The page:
Unlike the shale gas debate and Canaport, the smaller Downeast LNG proposal for Robbinston, which would have a capacity of 0.5 bcf/day, has kept a low profile for the past few years. However, the company's application with the Federal Energy Regulatory Commission (FERC) slowly has been proceeding through the licensing process. After a four-year delay, the issuance of a final environmental impact statement (EIS) for the project has been scheduled by FERC. In a March 1 notice, FERC states that the final EIS will be available on July 19, 2013, for a 45-day comment period. The federal agency will be issuing a supplement to the 2009 draft EIS that presents its revised reliability and safety analysis. The deadline for a decision by FERC is set for October 17, 2013.
Girdis says the delay in issuing the final EIS was caused after a review panel determined that the vapor formulation model being used was not properly calculating possible effects. "We're the first project to deal with that issue," he says. "The model didn't exist, and we had to build a model." The Department of Transportation's Pipeline Hazardous Material Safety Administration had to approve the vapor modeling before FERC would issue the final EIS, he notes.
Concerning Downeast LNG's future, Girdis says, "We will finish the permitting and see where we are." He admits that the natural gas market is different now, adding, "Maybe we don't do anything." He says Downeast LNG is not intending to proceed with state permitting, having withdrawn its applications in 2007.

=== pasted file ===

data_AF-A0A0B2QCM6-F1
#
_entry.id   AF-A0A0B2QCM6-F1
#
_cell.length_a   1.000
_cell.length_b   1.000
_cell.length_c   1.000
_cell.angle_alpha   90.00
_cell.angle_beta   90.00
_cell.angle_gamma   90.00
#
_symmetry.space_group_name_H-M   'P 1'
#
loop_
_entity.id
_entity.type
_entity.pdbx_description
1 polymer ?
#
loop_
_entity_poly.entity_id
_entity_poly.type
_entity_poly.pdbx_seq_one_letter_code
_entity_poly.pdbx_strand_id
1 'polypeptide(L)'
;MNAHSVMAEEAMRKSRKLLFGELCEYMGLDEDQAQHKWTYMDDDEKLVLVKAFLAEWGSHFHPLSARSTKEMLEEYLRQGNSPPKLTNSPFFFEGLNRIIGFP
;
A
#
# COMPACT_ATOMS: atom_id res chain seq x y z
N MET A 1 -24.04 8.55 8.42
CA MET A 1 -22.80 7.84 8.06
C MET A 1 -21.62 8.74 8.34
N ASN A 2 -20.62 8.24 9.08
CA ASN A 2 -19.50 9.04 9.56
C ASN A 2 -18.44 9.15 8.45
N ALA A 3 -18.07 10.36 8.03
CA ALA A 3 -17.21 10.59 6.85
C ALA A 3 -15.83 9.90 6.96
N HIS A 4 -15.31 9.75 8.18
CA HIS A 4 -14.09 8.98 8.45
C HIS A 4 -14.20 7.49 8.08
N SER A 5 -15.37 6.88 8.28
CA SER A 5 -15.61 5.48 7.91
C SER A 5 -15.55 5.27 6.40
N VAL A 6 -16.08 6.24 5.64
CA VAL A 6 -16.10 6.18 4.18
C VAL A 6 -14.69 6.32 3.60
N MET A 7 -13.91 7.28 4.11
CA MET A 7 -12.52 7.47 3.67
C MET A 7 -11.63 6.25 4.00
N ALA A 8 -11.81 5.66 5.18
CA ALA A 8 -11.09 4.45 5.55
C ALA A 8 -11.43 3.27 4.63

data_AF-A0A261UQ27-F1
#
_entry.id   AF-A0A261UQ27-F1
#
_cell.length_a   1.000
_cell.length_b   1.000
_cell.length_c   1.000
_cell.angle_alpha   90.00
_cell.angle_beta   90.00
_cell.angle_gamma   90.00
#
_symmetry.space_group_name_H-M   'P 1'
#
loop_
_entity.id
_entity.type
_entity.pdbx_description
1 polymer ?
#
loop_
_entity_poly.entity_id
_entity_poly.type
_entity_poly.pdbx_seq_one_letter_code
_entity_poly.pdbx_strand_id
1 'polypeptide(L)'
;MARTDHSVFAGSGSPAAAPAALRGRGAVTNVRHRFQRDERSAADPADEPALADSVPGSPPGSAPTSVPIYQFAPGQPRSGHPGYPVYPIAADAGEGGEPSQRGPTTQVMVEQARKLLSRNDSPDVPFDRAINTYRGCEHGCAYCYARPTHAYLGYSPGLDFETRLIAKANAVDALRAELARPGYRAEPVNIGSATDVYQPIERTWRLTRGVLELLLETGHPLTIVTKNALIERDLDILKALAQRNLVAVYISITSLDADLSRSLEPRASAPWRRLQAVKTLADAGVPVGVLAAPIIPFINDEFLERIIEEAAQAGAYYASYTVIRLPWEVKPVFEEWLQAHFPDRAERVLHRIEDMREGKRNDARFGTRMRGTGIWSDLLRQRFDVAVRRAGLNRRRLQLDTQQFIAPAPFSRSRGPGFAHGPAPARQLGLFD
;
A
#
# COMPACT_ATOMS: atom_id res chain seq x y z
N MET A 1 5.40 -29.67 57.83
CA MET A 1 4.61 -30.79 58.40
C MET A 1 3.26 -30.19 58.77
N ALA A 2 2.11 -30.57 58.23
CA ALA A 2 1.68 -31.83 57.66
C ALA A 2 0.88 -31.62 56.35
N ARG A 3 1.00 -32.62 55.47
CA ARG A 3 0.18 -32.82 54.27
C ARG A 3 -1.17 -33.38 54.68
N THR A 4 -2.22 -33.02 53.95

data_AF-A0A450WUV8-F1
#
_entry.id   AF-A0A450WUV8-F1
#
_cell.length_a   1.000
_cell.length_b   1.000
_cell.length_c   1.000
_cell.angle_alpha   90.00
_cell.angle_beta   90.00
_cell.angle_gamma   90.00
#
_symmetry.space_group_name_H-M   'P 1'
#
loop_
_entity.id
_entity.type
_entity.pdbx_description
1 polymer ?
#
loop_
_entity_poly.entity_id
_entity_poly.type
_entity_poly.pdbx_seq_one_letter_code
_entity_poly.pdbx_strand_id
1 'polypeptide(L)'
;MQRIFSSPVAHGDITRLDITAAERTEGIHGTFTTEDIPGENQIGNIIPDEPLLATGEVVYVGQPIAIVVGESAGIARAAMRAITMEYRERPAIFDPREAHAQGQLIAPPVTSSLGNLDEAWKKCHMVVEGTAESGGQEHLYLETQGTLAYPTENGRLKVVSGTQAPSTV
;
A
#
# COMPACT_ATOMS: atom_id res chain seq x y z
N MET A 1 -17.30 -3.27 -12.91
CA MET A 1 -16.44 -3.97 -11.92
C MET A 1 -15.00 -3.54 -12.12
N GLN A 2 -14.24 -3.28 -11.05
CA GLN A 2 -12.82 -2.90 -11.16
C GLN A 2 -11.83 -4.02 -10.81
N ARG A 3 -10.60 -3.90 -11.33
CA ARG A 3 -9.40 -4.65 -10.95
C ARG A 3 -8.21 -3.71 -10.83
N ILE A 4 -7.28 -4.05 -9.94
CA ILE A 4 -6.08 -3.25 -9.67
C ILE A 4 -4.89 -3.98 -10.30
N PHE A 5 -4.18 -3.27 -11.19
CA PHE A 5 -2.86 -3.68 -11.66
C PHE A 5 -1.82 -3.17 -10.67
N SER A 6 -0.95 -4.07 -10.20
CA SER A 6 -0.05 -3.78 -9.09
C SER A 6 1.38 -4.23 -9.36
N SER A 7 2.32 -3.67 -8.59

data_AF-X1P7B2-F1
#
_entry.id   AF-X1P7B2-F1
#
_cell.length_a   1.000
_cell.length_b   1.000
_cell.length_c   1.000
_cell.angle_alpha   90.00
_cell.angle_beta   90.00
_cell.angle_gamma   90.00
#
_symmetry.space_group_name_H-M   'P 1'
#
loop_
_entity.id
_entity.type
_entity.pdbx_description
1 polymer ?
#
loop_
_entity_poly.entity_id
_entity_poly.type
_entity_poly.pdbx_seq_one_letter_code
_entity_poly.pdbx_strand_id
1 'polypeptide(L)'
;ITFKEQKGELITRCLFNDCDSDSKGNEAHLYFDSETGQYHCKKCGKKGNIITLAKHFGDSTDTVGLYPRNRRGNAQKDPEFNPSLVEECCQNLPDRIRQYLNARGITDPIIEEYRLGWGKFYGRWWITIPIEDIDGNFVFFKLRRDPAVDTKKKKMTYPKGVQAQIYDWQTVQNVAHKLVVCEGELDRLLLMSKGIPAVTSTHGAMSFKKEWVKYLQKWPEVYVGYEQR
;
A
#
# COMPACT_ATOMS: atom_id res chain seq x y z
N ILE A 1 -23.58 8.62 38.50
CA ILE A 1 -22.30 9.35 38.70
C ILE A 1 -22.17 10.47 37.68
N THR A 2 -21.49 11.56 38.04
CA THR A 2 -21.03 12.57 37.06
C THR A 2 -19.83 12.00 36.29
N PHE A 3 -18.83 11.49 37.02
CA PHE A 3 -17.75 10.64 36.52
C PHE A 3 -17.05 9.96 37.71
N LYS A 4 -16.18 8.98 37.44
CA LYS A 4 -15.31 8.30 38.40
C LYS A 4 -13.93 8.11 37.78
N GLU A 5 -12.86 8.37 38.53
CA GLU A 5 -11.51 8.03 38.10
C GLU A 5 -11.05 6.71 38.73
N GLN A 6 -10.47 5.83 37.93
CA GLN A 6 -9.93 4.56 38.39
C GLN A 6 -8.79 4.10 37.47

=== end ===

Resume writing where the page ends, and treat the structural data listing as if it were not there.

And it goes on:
"Anything could happen with the market," he says, noting that if new regulations are developed to restrict fracking, the natural gas market could change. "It will be tough. The price would have to be very high to justify importation" of LNG now, he notes. "The market is not there today, but we don't know what will happen down the road."
Girdis says there are no plans for Downeast LNG's proposal to change to become an export facility. "There would need to be new supply in Nova Scotia or New Brunswick," he says.
Shook believes the Downeast LNG proposal faces the same prospects as Canaport, either as an import or export terminal. "There's no need for it, as long as you have the Marcellus and Utica shale gas fields."
In a filing with FERC concerning the Downeast LNG proposal, Robert Godfrey of Save Passamaquoddy Bay 3-Nation Alliance wrote, "Canaport LNG's falling output during the winter months -- even with room available on the Maritimes & Northeast Pipeline and with Canaport LNG's under-used massive LNG storage capability -- contradicts Downeast LNG's claims for the need for the proposed Downeast LNG import and storage project." He added, "Due to overwhelming evidence of vast, decades-long U.S. domestic natural gas supply, the lack of market for Canaport's LNG, the significantly shrinking imports to Everett LNG, and the two-year absolute absence of imports at Neptune LNG and Northeast Gateway in Massachusetts Bay, all irrefutably point to sufficient domestic natural gas supply without yet another surplus LNG import terminal."